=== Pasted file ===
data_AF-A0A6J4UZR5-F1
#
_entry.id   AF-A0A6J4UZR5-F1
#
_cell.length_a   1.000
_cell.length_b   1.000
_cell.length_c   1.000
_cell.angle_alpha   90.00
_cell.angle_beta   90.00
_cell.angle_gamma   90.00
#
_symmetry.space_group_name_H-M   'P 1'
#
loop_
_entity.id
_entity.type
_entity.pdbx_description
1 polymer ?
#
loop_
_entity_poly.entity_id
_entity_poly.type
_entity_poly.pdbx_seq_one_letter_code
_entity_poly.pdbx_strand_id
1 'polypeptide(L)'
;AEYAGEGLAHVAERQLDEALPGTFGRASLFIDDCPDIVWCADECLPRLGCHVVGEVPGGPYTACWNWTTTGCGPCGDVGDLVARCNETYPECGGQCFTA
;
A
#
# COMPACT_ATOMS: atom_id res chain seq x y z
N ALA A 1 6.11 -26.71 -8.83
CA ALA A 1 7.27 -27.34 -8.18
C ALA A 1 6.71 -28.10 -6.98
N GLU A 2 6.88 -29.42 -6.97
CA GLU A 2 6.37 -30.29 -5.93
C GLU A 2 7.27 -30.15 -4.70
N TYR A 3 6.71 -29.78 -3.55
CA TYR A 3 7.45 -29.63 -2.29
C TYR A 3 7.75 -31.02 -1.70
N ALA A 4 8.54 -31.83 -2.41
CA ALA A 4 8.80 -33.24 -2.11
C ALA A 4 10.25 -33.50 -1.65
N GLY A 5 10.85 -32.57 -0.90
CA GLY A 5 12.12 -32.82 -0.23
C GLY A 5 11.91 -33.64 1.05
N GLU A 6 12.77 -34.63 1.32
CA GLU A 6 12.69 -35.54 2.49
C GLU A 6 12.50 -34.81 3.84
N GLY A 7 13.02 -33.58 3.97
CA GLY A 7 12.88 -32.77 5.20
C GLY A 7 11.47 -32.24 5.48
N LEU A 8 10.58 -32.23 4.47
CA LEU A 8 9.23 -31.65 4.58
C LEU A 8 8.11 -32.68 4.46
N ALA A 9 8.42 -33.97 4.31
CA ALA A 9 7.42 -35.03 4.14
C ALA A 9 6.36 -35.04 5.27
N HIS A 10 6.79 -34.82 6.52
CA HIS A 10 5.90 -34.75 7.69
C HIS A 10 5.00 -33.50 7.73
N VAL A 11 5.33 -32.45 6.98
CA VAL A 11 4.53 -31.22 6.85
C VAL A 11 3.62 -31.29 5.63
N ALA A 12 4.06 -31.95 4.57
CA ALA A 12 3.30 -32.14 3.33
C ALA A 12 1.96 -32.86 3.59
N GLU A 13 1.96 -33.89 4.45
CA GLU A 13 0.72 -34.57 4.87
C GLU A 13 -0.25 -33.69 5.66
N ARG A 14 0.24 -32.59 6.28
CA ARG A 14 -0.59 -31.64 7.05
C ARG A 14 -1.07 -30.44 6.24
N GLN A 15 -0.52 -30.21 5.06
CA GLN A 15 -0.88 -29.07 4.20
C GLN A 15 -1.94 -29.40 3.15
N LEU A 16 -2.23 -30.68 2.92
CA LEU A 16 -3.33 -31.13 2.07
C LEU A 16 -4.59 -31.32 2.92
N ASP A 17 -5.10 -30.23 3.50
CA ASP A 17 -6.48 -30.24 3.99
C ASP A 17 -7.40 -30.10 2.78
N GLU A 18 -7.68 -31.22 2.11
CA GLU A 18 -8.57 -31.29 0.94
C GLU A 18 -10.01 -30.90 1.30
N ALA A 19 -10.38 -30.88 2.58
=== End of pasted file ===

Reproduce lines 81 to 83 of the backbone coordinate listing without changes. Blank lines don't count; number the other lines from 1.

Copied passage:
C ASP A 17 -7.40 -30.10 2.78
N GLU A 18 -7.68 -31.22 2.11
CA GLU A 18 -8.57 -31.29 0.94